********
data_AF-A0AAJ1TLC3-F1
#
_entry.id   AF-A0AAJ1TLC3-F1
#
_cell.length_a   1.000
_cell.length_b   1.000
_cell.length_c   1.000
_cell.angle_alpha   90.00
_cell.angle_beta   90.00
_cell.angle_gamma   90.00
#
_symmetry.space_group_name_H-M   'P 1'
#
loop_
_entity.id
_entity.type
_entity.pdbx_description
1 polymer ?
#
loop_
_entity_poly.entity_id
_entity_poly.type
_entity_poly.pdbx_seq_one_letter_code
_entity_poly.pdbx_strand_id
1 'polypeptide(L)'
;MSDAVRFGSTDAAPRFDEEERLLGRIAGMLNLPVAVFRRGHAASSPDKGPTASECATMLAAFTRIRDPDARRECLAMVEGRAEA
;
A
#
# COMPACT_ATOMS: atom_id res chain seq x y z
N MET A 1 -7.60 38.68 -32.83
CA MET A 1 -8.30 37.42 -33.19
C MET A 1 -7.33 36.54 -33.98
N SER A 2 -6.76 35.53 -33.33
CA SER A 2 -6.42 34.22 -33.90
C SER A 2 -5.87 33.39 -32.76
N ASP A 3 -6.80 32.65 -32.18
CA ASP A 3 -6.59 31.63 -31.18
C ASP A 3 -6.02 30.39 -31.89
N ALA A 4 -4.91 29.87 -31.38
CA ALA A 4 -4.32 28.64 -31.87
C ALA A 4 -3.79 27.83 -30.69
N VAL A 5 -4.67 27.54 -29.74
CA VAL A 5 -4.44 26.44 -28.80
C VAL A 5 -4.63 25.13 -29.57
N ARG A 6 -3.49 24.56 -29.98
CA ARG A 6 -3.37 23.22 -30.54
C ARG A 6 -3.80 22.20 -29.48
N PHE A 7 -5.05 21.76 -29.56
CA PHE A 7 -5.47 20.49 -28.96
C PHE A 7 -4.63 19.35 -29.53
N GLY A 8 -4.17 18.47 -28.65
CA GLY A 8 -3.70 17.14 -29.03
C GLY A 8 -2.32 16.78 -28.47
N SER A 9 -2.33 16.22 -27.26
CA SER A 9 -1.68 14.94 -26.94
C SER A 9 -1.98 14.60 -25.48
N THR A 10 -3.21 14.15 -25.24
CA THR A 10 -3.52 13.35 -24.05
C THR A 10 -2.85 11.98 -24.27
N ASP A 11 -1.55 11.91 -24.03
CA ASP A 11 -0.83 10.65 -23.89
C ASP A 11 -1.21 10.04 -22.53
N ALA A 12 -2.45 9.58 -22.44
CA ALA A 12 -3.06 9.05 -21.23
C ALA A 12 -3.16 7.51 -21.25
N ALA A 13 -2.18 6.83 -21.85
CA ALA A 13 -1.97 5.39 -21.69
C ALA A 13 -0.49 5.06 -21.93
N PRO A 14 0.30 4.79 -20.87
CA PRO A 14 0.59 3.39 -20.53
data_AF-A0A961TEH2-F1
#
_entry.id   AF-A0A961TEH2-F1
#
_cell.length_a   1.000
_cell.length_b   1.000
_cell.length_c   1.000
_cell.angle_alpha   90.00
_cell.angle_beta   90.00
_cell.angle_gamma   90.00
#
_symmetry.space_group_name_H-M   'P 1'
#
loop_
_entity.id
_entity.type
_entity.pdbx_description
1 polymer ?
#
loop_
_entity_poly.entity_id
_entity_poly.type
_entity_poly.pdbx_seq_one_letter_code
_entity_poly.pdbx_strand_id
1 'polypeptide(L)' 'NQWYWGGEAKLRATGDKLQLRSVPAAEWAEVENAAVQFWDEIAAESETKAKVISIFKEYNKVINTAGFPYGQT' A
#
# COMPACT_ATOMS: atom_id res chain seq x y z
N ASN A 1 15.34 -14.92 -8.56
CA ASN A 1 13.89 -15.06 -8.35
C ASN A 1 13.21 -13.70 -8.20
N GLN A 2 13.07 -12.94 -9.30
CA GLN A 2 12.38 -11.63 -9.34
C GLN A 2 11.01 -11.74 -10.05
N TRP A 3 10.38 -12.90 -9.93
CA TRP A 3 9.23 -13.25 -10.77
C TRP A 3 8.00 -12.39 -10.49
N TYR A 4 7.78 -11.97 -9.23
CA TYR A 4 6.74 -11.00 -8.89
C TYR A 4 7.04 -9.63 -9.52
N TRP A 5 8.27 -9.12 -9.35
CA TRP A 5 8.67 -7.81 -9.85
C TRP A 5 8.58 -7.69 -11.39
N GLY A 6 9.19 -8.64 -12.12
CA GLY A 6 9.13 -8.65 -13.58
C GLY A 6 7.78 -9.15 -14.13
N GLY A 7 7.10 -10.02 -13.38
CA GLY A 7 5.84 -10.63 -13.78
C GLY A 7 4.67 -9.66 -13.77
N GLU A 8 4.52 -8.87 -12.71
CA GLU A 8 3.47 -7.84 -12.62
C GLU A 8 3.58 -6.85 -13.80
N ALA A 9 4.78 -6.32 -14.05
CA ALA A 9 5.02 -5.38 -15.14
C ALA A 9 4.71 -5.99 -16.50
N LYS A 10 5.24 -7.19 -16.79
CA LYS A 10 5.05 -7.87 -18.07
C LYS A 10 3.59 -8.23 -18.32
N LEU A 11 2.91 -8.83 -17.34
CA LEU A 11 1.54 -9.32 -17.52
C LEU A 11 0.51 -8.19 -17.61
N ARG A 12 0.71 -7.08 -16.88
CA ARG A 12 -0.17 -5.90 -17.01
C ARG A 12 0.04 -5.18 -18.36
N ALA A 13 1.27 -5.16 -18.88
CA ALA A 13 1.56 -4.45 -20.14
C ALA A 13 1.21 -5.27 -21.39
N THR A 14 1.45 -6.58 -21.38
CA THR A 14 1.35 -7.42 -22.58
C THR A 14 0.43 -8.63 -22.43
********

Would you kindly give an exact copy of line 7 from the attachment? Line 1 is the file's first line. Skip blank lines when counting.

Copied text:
_cell.length_c   1.000